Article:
A bungling birder’s early notes

By TheHindu on 28 Feb 2017 | read

recently acquired a pair of binoculars. Although I have harboured great enthusiasm for nature, demonstrated mainly by stalking naturalist friends and hoping to imbibe their knowledge, I had bucked the pressure of acquiring a camera. Mostly because of a spat with my purse.

But I soon grew tired of peering at others peering into their lenses while a babbler babbled or a woodpecker pecked. So, promising to heed the purse and my notions of unobtrusiveness, I had marched off to the nearest nature enthusiast’s pit stop, examined a couple of cameras, acquired an 8X40 Nikon Aculon instead, to the attendant’s dismay, and prepared for a wholesome birding experience.

The start

Suitably armed thus, I tumbled out of bed and went birding one morning. First, the landscape. A Tabebuia rosea with an explosion of pink stood before me, guarding empty plots around it. A tarred road separated us. On my left stood a row of teak trees interspersed with a couple of rosewood trees, coconuts and a lonely bougainvillea, all lovingly planted by my father when they were wee saplings.

Beyond them lay another empty plot. The plots wore patches of green and flourishing piles of garbage. The trees, along with a few Gulmohurs, formed a patchwork canopy over this busy, part-commercial, part-residential locality in southeast Bangalore. I was perched on the terrace of my third-floor house, in my pyjamas.

Applying the rudiments of bird- watching, I scanned for any movement. Sensing some on the lovely Tabebuia, I instantly trained my binoculars. Only to find a few aged flowers on their descent.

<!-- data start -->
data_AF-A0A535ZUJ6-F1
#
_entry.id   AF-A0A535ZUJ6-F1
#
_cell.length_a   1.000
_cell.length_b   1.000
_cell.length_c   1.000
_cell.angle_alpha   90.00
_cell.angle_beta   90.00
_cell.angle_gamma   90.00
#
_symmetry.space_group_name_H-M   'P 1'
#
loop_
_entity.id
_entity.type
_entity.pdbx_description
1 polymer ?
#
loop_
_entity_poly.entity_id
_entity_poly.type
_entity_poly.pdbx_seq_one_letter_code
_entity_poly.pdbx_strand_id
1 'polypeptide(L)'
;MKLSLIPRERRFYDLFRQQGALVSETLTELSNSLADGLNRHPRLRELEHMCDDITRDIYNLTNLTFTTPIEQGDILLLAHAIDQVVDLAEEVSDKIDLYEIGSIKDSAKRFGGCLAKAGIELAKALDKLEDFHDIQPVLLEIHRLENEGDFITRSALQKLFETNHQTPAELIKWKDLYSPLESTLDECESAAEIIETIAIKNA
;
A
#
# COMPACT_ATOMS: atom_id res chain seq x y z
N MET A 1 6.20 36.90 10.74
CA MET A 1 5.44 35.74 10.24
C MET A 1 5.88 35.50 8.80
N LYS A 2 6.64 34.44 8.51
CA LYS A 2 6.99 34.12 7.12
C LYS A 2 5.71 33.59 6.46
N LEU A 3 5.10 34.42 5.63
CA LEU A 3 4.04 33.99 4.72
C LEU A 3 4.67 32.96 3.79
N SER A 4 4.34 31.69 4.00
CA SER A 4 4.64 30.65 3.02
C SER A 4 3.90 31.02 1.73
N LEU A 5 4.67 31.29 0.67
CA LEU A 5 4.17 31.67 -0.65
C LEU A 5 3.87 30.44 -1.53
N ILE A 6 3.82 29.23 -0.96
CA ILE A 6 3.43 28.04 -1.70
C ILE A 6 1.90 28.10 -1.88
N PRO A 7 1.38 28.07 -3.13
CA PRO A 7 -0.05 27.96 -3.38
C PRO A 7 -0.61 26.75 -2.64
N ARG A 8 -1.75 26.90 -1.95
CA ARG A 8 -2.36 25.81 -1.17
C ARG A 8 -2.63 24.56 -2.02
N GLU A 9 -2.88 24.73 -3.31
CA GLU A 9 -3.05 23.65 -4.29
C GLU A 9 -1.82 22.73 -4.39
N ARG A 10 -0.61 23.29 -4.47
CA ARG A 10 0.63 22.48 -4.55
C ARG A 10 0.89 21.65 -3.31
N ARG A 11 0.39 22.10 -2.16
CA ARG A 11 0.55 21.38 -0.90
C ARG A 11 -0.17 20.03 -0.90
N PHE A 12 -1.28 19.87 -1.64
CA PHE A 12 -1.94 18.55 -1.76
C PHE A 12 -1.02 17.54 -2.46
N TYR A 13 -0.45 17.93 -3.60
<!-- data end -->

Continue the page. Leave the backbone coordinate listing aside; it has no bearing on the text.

Disgusted, I began to turn away when I spied a black kite sitting atop a branch. Sure, black kites are a dime a dozen these days. But now I could see the bird in gorgeous detail: the soft brown feathers, the yellow smudge on the beak and side, the sun glinting off its dark eyes, and the menacing curve of its beak.

I stood admiring the bird and my contraption when there was a sharp movement to my left. A small bird had burst forth from the canopy, flitted and flown about, and disappeared just as quickly. Was that a swallow? Suddenly, a whole posse rushed out and kicked the sleep right out of me.

Don’t get me wrong. I have spotted many birds in these parts before: kites, pigeons, bats, barbets, mynahs, bulbuls, Asian koels, great tits, spotted doves, greater coucals and several pesky crows.

The pesky one

Indeed, I have a score to settle with a particularly pesky fellow. His evil machinations have led to my enlistment as my mother’s companion on her walks. He caws and swoops, in glee no doubt, dangerously close to her while she’s alone, but displays a most gracious temperament otherwise. However, swallows? I quickly shot out a description to a friend: plane-like wings, sharply forked tail, tines ending in long and narrow slits, dark body, pale underside flashing yellow in the sun. Yes! I had recognised a barn swallow despite myself!

Encouraged, I turned around. I thought I heard a parakeet. Sure enough, I sighted a male rose- ringed parakeet with his red nut-cracker beak, a neat red cravat and a long, elegant bluish tail that wafted like chiffon in wind.

A disturbance in the foreground caught my eye next. An Indian paradise flycatcher was gadding about. Unmistakably the female of the species: rufus body, short rufus tail, glossy black head and crest with metallic sheen. I was now confident of my birding skills. I had also spotted one recently. As I pursued her, a shrill screech pierced the morning.

Now, I was acquainted with the owner of this awful screech. A while ago, a barn owl had nested. Her chicks’ blood-curdling calls in the night announced their presence but she remained elusive. So when I heard the screech months later, I launched into an investigation.

But no amount of pursuit revealed this Houdini. She screeched in broad daylight too, confusing matters further. Until one day luck turned and I caught the culprit in the act. Only to be dumbfounded. It was a black-naped oriole. I spied the rascal, disgruntled.

I continued to hear many more twitters, chimes and jingles. But the sun was gaining and I was anxious to pen my findings. I abandoned my perch, resolving to return soon.

Surely these calls were a demand to press my now considerable birding skills to service?